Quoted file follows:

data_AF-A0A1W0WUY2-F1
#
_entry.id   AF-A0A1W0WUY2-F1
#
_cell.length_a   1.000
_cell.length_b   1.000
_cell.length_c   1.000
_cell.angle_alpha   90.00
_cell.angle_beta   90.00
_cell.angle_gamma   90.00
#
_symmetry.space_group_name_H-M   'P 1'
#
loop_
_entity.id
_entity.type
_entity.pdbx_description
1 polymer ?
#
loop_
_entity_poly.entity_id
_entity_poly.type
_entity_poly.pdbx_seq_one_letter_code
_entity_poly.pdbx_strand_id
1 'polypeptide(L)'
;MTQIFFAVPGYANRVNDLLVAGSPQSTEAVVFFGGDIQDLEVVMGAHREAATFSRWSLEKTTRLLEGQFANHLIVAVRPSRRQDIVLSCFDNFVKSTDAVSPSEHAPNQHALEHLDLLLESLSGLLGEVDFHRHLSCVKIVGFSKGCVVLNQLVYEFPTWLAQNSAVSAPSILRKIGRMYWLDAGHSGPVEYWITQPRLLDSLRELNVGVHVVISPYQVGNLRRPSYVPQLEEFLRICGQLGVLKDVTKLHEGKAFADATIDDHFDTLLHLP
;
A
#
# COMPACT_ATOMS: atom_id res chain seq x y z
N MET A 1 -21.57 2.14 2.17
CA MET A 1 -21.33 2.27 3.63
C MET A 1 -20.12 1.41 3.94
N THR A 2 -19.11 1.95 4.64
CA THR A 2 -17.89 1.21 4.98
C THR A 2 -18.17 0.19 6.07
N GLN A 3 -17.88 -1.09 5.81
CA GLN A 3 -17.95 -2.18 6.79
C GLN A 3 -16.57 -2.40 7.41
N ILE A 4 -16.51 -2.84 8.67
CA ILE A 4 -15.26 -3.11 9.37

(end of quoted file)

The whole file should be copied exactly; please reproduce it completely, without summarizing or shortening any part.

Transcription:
data_AF-A0A1W0WUY2-F1
#
_entry.id   AF-A0A1W0WUY2-F1
#
_cell.length_a   1.000
_cell.length_b   1.000
_cell.length_c   1.000
_cell.angle_alpha   90.00
_cell.angle_beta   90.00
_cell.angle_gamma   90.00
#
_symmetry.space_group_name_H-M   'P 1'
#
loop_
_entity.id
_entity.type
_entity.pdbx_description
1 polymer ?
#
loop_
_entity_poly.entity_id
_entity_poly.type
_entity_poly.pdbx_seq_one_letter_code
_entity_poly.pdbx_strand_id
1 'polypeptide(L)'
;MTQIFFAVPGYANRVNDLLVAGSPQSTEAVVFFGGDIQDLEVVMGAHREAATFSRWSLEKTTRLLEGQFANHLIVAVRPSRRQDIVLSCFDNFVKSTDAVSPSEHAPNQHALEHLDLLLESLSGLLGEVDFHRHLSCVKIVGFSKGCVVLNQLVYEFPTWLAQNSAVSAPSILRKIGRMYWLDAGHSGPVEYWITQPRLLDSLRELNVGVHVVISPYQVGNLRRPSYVPQLEEFLRICGQLGVLKDVTKLHEGKAFADATIDDHFDTLLHLP
;
A
#
# COMPACT_ATOMS: atom_id res chain seq x y z
N MET A 1 -21.57 2.14 2.17
CA MET A 1 -21.33 2.27 3.63
C MET A 1 -20.12 1.41 3.94
N THR A 2 -19.11 1.95 4.64
CA THR A 2 -17.89 1.21 4.98
C THR A 2 -18.17 0.19 6.07
N GLN A 3 -17.88 -1.09 5.81
CA GLN A 3 -17.95 -2.18 6.79
C GLN A 3 -16.57 -2.40 7.41
N ILE A 4 -16.51 -2.84 8.67
CA ILE A 4 -15.26 -3.11 9.37